Plaintiff then filed his motion for return of property, which resulted in a conclusion that a settlement agreement had been effectuated on November 25, 2003, when Plaintiff's mother paid $1,000, the vehicle was returned, and the forfeiture action was discontinued. (See Doc. 1, Attach. #1, Ex. G at 21). Thus, the last relevant event with respect to the seizure of the car occurred on November 25, 2003. Accordingly, the statute of limitations expired at the latest on November 25, 2005, and Plaintiff's claims against Consiglio and Shore in his September 6, 2006 complaint are barred.
Plaintiff concedes that a two year statute of limitations applies to claims brought pursuant to Section 1983. (See Doc. 21 at 6). However, he argues that the discovery rule applies to toll the statute of limitations in this case. The discovery rule was adopted by Pennsylvania courts in recognition of the fact that some injuries are not immediately apparent. See Ayers v. Morgan, 154 A.2d 788, 791 (Pa. 1959). See also Fine v. Checcio, 870 A.2d 850, 858 (Pa. 2005). "The purpose of the discovery rule has been to exclude from the running of the statute of limitations that period of time during which a party who has not suffered an immediately ascertainable injury is reasonably unaware he has been injured, so that he has essentially the same rights as those who have suffered such an injury." Id. (citing Hayward v. Medical Center of Beaver County,608 A.2d 1040, 1043 (Pa. 1992)). The discovery rule applies in cases where the injured is unable, despite the exercise of reasonable diligence, to know that he is injured and what caused the injury. Id. (citation omitted). Thus, a statute of limitations does not begin to run until a "person knows or through the exercise of due diligence is able to ascertain that an injury has occurred." Sterling v. St. Michael's School for Boys, 660 A.2d 64, 66 (Pa. Super. 1995), allocatur denied, 670 A.2d 142 (Pa. 1995). "If a party has the means of discovery within his power but neglects to use them, his claim will still be barred." Burnside v. Abbott Laboratories, 505 A.2d 973, 988 (Pa. Super. 1985).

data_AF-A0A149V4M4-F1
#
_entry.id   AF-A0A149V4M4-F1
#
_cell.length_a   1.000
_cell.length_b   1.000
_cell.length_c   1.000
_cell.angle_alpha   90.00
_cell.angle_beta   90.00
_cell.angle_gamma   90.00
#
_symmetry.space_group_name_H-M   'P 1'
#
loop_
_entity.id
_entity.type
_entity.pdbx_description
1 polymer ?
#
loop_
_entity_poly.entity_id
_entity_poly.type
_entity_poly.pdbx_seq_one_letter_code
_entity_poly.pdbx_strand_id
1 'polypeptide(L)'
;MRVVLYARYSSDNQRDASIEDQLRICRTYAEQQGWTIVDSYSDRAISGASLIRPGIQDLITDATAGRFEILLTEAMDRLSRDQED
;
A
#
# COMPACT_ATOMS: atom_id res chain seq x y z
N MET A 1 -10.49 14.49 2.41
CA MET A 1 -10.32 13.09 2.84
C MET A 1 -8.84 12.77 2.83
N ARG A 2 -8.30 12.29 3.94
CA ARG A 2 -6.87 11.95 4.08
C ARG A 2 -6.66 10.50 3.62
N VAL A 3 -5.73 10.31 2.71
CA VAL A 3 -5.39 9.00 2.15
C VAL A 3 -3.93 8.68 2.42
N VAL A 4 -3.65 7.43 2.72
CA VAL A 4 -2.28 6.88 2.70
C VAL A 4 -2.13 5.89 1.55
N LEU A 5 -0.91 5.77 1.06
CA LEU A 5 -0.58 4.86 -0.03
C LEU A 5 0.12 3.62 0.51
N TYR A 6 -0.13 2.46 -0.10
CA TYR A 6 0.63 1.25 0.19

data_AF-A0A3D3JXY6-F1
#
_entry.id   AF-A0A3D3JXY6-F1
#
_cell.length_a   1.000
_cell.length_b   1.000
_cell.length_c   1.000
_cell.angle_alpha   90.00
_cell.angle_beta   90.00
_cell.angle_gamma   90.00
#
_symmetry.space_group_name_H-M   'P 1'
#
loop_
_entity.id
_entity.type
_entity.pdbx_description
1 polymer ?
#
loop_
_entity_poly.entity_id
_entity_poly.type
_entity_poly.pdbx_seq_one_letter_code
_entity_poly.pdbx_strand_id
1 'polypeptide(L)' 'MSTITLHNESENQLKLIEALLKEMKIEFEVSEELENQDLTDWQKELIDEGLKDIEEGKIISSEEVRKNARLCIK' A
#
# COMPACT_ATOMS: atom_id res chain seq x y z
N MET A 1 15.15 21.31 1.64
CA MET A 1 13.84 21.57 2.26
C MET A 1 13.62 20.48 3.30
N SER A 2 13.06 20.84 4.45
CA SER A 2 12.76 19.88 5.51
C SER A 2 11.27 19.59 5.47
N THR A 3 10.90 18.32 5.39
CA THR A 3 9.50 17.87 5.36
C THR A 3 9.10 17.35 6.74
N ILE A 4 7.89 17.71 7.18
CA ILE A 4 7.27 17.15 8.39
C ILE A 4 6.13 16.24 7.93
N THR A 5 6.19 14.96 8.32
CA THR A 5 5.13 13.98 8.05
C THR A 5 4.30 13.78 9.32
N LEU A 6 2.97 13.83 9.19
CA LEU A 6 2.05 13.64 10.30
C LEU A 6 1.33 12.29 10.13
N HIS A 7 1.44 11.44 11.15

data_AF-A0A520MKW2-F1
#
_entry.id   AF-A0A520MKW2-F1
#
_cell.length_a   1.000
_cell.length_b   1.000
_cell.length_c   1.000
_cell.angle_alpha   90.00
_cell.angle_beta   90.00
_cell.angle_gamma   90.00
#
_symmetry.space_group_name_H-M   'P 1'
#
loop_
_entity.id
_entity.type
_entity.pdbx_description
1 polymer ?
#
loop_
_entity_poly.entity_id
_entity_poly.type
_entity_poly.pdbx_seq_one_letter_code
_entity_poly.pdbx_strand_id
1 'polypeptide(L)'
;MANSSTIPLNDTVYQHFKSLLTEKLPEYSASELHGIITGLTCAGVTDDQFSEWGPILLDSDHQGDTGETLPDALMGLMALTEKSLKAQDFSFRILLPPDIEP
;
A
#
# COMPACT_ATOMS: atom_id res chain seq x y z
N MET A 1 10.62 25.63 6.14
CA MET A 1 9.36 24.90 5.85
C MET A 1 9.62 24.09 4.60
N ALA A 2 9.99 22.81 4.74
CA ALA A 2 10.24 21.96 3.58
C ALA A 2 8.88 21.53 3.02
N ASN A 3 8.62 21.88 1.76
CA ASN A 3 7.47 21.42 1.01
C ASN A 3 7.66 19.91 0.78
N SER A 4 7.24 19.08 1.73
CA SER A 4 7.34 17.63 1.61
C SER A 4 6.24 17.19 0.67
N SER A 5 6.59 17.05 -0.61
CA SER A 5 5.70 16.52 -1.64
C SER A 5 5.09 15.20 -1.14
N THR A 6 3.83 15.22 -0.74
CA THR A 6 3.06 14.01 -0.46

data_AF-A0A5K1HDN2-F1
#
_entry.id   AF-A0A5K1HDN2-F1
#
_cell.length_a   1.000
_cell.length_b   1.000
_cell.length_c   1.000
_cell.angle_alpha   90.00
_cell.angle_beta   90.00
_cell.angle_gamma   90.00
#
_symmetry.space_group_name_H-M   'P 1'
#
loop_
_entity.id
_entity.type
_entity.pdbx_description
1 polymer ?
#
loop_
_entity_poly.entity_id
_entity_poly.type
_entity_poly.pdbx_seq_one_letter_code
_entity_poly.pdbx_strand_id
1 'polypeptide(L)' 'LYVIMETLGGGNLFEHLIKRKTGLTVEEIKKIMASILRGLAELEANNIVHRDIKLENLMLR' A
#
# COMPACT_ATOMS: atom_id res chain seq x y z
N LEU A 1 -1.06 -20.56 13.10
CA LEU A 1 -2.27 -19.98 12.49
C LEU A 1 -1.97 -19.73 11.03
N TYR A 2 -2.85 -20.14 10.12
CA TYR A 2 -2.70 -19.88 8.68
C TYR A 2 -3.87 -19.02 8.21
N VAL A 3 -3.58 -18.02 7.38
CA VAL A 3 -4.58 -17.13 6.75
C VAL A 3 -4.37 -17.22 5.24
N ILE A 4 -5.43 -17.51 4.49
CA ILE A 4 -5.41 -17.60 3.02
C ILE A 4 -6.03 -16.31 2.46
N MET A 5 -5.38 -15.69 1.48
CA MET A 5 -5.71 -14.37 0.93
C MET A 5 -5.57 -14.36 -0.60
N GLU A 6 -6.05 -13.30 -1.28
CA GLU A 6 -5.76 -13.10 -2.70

The party seeking to benefit from the discovery rule has the burden of establishing his inability to know of the injury despite the exercise of reasonable diligence. Dalrymple v. Brown, 701 A.2d 164, 167 (Pa. 1997). The standard of reasonable diligence is an objective one that applies to all individuals rather than to a unique plaintiff. Id.; Redenz by Redenz v. Rosenberg, 520 A.2d 883, 886 (Pa. Super. 1987), appeal denied, 533 A.2d 93 (Pa. 1987). Thus, a plaintiff's subjective lack of knowledge is irrelevant. Rendenz, 520 A.2d at 886.
Plaintiff has not met his burden of establishing an inability to know of his injury despite the exercise of reasonable diligence. See Dalrymple, 701 A.2d at 167. Plaintiff contends that he did not discover his injury until he filed his motion for return of property on September 2, 2004. (Doc. 21 at 7-8). He further claims that he did not discover his right to file a complaint raising civil rights claims until he received correspondence from the district attorney of Dauphin County on June 30, 2006. (Doc. 30 at 7). In that correspondence, the district attorney advised Plaintiff of his right to file a civil action after informing Plaintiff that the criminal complaint filed against Consiglio had been disapproved. (See id. at Ex. B).